Blogger: Janet Kobobel Grant
I’m an inveterate bookstore lurker, slipping into any shop along my path to peruse the aisles. On a recent trip, I checked out a Hudson News store in an airport and was taken aback when I saw this:
We all know that Nora Roberts is beyond prolific. (The Witness is her 200th book.) But the woman seems to have paid no attention to the concept of branding her covers so readers instantly know it’s a Nora Roberts book just by its appearance. I guess when each new release will hit the New York Times best-seller list regardless of what the cover looks like, you don’t need to care.
But for us mere mortals, who are working hard to establish a publishing identity, branding via cover design can go a long way to draw regular readers.
How can you develop a signature look to your covers? With the cooperation (or instigation) of your publisher, it’s not as hard as you might think. Here are three ways to brand your covers:
1. Always use the same font for your name. Glancing over at Ms. Roberts’ covers, you can see that no such branding has occurred. The only attributes the two bylines have in common are that her name is in all caps and both fonts are san serif (don’t have curlicues on any of the letters). The fonts look very different, and convey a very different feel. You’ll want to find a font that can work regardless what category any of your books might appear in. (Nora’s two titles that I spied nestled up next to each other on the store’s shelf are romantic suspense (the book on the left) and pure romance (the book on the right).)
2. Select a color range. Maybe you’ll decide to focus on cool colors, maybe on warm colors. (Ms. Roberts’ covers clearly are opposites.) The question becomes what feeling do you want to convey with your covers?
3. Create visual similarities. You might want to concentrate on having a watercolor feel to all of your covers; or maybe you use black and white photography on all your covers. Deciding on whether a person is portrayed on your covers or not is another way to establish a point of commonality on your covers. Once again, it comes down to what feeling you want your covers to convey.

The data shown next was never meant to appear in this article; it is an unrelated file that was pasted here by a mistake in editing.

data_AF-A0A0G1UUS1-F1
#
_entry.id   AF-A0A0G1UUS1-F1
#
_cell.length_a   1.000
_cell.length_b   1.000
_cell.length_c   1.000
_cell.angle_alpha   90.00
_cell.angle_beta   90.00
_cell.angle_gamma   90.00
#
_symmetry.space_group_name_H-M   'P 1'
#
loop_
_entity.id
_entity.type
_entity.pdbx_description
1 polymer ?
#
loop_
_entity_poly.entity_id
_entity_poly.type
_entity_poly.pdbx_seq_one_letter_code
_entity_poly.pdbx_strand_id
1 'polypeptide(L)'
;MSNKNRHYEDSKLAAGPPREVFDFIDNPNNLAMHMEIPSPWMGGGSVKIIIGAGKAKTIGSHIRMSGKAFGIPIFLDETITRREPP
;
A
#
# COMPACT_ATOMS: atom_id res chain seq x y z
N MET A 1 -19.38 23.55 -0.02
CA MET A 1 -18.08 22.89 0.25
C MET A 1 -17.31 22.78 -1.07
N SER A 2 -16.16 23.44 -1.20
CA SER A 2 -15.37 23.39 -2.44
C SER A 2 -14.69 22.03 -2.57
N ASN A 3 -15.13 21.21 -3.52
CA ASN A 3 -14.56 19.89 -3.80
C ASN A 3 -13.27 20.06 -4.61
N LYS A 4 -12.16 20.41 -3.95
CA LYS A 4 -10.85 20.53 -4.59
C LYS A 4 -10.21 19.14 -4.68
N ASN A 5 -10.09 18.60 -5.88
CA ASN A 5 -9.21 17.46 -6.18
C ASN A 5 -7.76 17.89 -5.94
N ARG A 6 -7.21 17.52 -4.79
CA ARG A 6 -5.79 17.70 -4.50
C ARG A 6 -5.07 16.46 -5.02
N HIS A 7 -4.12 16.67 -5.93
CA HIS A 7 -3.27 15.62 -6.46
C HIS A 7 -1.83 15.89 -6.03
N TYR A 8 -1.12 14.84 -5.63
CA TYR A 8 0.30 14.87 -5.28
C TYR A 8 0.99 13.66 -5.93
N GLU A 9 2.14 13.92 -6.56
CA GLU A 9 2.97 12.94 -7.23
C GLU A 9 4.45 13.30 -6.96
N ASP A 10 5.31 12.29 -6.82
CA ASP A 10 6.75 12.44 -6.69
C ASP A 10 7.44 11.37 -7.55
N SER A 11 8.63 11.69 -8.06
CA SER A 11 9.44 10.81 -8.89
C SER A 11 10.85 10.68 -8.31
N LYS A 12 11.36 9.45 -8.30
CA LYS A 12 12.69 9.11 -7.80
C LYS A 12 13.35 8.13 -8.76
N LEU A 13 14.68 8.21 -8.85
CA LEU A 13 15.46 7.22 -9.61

AUTHOR BEWARE! These design concepts need to be created in coordination with your publisher. Never tell your publisher, “Purple is my favorite color; so I want it on all of my covers.” Your favorite color bears no weight as a rationale for a cover design. Colors are chosen to convey a feeling to the reader, not to please the author. The same goes for the font. A san serif font communicates a feeling of being straightforward and clean-lined. A serif font is actually easier to read and communicates complexity (in a good way). Don’t come up with your own idea of how to brand your covers, but work in concert with designers and marketers who have a much better idea of what sells.
Also, keep in mind that styles come and go in covers just as they do in clothing. Don’t be locked into a look that isn’t fluid.
One of our agency’s clients, Cynthia Ruchti, has been working with her publisher, Abingdon, to brand her books. Here’s a peek at what her novels’ covers look like with their coordinating redesign:
In what ways do these covers establish a brand for Cynthia?
What author can you think of whose covers convey the same feel again and again? What creates that branded look?
Does branding make sense for you? What would you like to see as hallmarks of your branded covers?
3 ways to brand your covers. Click to tweet.
Does creating a specific look for covers help to market books? Click to tweet.